There are a lot of things during the day that I often need to remember. And most of the time, I’m trying to get things into my phone quickly without having to think too much about where it’s going.
Drafts is a wonderful tool for this kind of activity. I can simply enter the text using my fingers and thumbs. Starting ideas here has been the natural place for me for a long time now. And with the latest update, it’s now made even easier with the dictation feature, thanks to the changes made in iOS 10. It takes cognition-to-completion, something I first heard from Merlin Mann on Back-to-Work, down to seconds to complete.
All you have to do is 3D Touch the Drafts icon on your iPhone and start talking: it’s as simple as that. You don’t have to tap anything to make new draft or think where the icon is on your home screen – even though it should be in your dock – and then start typing into whatever keyboard you choose. You just press and talk.
We often use technology, even if it’s pen and paper, to get the thoughts from our head to paper so we can remember it later. And now with modern technology – i.e. the smartphone or smartwatch – we can really shorten the time it takes to get these things out into our digital sheets.
Back in February, Gabe at Macdrifer posted about talking to his Apple Watch. In the post, he was able to dictate the entire thing while he walked to the grocery store. If I had an Apple Watch, I would be capturing things left, right, and center with my voice — likely to the annoyance of those around me. With the improvements in iOS 10, I can turn my iPhone into the same thing, but better.
When the first beta with this feature rolled out, there was a limitation of the capture time.1 But later in the betas, Greg was able to cleverly work around this limitation, and it’s a game changer. The first time I tested it, I picked up my phone when leaving work, and just talked for 20 minutes while I captured the main portion of this post. I was able to use the pause button if I needed to stop and think of how I was going to say something. This eliminates the need for creating multiple drafts and allows me to have one continuous, fluid session. With that limitation removed, I can just talk to my dingus on the way home. With this feature, I can literally complete 90% of my posts on the way home, just by talking. I can use the time to be productive, fix small mistakes or add links later, and then get posts out.
If I spoke multiple languages, dictation entry in Drafts would be the best way to do it. The official dictation support — along with all of the new features of the release — can be found here. With the new multi-keyboard feature in iOS 10, it’s limited to similar languages, like English and Italian. But with the dictation feature, any language that is supported by Siri works with dictation, so you can go from English to Russian to Italian to Mandarin and back again, pausing between each, all in one session without fully stopping.2
Of course, Drafts wouldn’t be complete without a custom key for dictation. This allows you to use a keyboard shortcut to start dictation on the Smart or a third-party external keyboard.3 Now even as I’m writing, I can simply activate the shortcut key and talk; it inserts the spoken text where I had my cursor. There are times that I might be cooking in the kitchen, and with this, I can hit the keyboard and just start talking while walking around, dictating my shopping list without stopping. Then I can send it along to AnyList with an action later.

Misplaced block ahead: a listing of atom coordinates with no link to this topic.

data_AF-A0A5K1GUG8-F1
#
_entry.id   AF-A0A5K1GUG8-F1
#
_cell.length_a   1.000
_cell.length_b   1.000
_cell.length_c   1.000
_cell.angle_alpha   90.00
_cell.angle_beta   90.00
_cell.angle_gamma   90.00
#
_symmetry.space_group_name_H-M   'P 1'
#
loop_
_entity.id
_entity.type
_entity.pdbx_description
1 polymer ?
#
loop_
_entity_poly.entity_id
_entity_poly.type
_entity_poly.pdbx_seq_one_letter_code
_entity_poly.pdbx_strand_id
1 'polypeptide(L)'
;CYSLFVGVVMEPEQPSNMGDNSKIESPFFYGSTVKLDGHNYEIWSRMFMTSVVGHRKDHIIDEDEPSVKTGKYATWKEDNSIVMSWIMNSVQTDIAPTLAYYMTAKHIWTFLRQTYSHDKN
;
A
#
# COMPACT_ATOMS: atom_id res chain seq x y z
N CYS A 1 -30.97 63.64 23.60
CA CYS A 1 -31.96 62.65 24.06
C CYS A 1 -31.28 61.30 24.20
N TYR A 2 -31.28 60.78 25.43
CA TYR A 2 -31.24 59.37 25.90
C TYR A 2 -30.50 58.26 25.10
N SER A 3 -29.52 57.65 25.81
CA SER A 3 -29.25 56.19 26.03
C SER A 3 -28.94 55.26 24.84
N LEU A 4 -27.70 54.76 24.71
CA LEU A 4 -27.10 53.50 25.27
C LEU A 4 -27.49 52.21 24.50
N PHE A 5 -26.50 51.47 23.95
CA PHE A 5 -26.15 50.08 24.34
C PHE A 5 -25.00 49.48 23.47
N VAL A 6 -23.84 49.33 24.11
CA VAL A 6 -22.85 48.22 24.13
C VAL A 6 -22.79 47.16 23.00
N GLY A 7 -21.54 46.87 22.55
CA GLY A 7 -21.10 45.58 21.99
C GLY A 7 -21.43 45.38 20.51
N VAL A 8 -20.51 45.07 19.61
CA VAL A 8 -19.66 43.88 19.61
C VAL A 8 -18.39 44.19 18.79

If you’ve never used dictation, there are helpful things to know. Macworld has a good article — albeit from 2013, but it’s still true — covering some key basics, including commands, that I have found to be incredibly useful:
Speak punctuation and symbols: To include punctuation in your dictation, you need to say “comma,” “period,” “hyphen,” and so on.
You can say “new line” to dictate a return character, and “new paragraph” to add two returns. You say “apostrophe” for a possessive noun, such as “Jerry Garcia apostrophe S guitar,” for Jerry Garcia’s guitar.
When you want to capitalize a word, say “cap.” If you’re sending a message to someone about a movie preference, for example, you might say “I’d like to watch cap lord of the cap rings.”
Journal entries have been made way easier now. I’ve been using Drafts for my journaling, and this takes it from typing to a (one-sided) conversation. The beauty of this is that it sounds more natural, more in line with how I speak, rather than me trying to perfect my words. I often just dictate the entry, save it, and move on without editing it (other than for any dictation errors). Slowly but surely, it’s becoming second nature to me to start a new draft, insert the timestamp, and then start dictating the entry.
While I’m doing most of my long-form writing in Ulysses these days, this really has me pining for using this feature in combination with things I think about for Drafts 5. The power of Drafts really shines here by cutting down the time it takes for me to get my thoughts out, and is so much better for idea generation. If I have an idea while driving or walking around the house, I can just simply pick up my phone, 3D Touch the Drafts icon, and start talking. This makes Drafts a very compelling writing tool, now more than ever.
With this new feature in Drafts, it can turn my powerful pocket computer into a dedicated dictation dingus for me to get more thoughts out, things accomplished, and go about my day.
Drafts is available on the App Store for $4.99 — which is a steal at this price. You can even throw him a tip now too.